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Is one variety of video poker better than another?7 September 2011
Two separate questions, two separate answers.
First question: Different video poker games have different characteristics. Jacks or Better is not as volatile as Bonus Poker, which is not as volatile as Double Bonus Poker, which is not as volatile as Triple Bonus.... The more volatile the game, the wider the swings in your bankroll and the more often you'll have to feed a machine to keep you in the game. Machine designers make games more volatile by reducing the payouts you get on the more frequently hit hands (like two pair, three of a kind, etc.) and increasing the payouts on less frequently hit hands (like quads, especially with kickers).
I usually say that volatility on slots and video poker is analogous to a roller coaster -- the more volatile the machine, the more stomach-churning the roller coaster. I realize now, though, that the roller coaster ride your bankroll goes through is really a roller coaster in reverse. On a real roller coaster, you go up slowly and then drop quickly. On a machine, your bankroll decreases slowly -- the most you can lose on a spin is the amount of your bet -- and increases quickly -- when you hit a high-paying combination.
One advantage to playing one variety over another is that you can choose a game that matches your tolerance for volatility. As much as I like hitting premium hands, I don't like having to feed machines, so I like the relative calmness of 9/6 Jacks or Better over the undulations of the bonus games.
Another advantage to one variety over another is the availability of positive expectation paytables. Both Full-Pay Deuces Wild and 10/7 Double Bonus Poker pay back more than 100 percent in the long run when played with the proper strategies. The highest-paying Jacks or Better paytable is 9/6, which pays back 99.5 percent.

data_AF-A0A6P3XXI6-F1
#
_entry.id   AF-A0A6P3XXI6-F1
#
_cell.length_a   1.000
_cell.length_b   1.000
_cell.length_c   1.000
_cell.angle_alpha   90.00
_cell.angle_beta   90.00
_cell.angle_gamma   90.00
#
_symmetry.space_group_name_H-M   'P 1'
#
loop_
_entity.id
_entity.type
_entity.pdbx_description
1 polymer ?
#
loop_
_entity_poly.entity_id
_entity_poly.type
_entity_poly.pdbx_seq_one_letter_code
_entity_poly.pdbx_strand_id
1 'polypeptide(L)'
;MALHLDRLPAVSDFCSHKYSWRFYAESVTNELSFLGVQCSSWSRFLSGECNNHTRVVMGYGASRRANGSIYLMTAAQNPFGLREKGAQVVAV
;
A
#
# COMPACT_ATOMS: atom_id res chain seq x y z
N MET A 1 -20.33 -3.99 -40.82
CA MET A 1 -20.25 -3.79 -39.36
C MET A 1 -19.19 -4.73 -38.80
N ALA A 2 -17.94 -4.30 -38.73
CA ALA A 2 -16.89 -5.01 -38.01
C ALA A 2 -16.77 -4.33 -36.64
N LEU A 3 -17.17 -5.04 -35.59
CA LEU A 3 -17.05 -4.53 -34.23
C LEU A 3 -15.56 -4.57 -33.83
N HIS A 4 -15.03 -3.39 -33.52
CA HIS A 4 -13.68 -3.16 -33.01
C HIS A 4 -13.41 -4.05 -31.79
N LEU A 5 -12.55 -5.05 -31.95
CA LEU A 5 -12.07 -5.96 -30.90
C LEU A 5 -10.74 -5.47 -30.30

One final advantage to one variety over another is the simplicity of the strategy. The strategy for Jacks or Better is fairly straightforward and usually matches what you think it should be. The strategies for the other games sometimes require you to make counterintuitive moves.
The bottom line is I think should you play a game that is readily available, that has a strategy you can learn and that has a volatility you can stomach.
Second question: In the short run, different paytables and strategies have different hit frequencies, so you have a better chance of hitting a winning hand on some varieties than on others. In the long run, the higher-paying paytables give you a better chance of being a winner, regardless of hit frequency.
Best of luck in and out of the casinos,
Send your slot and video poker questions to John Robison, Slot Expert, at email@example.com. Because of the volume of mail I receive, I regret that I can't reply to every question.
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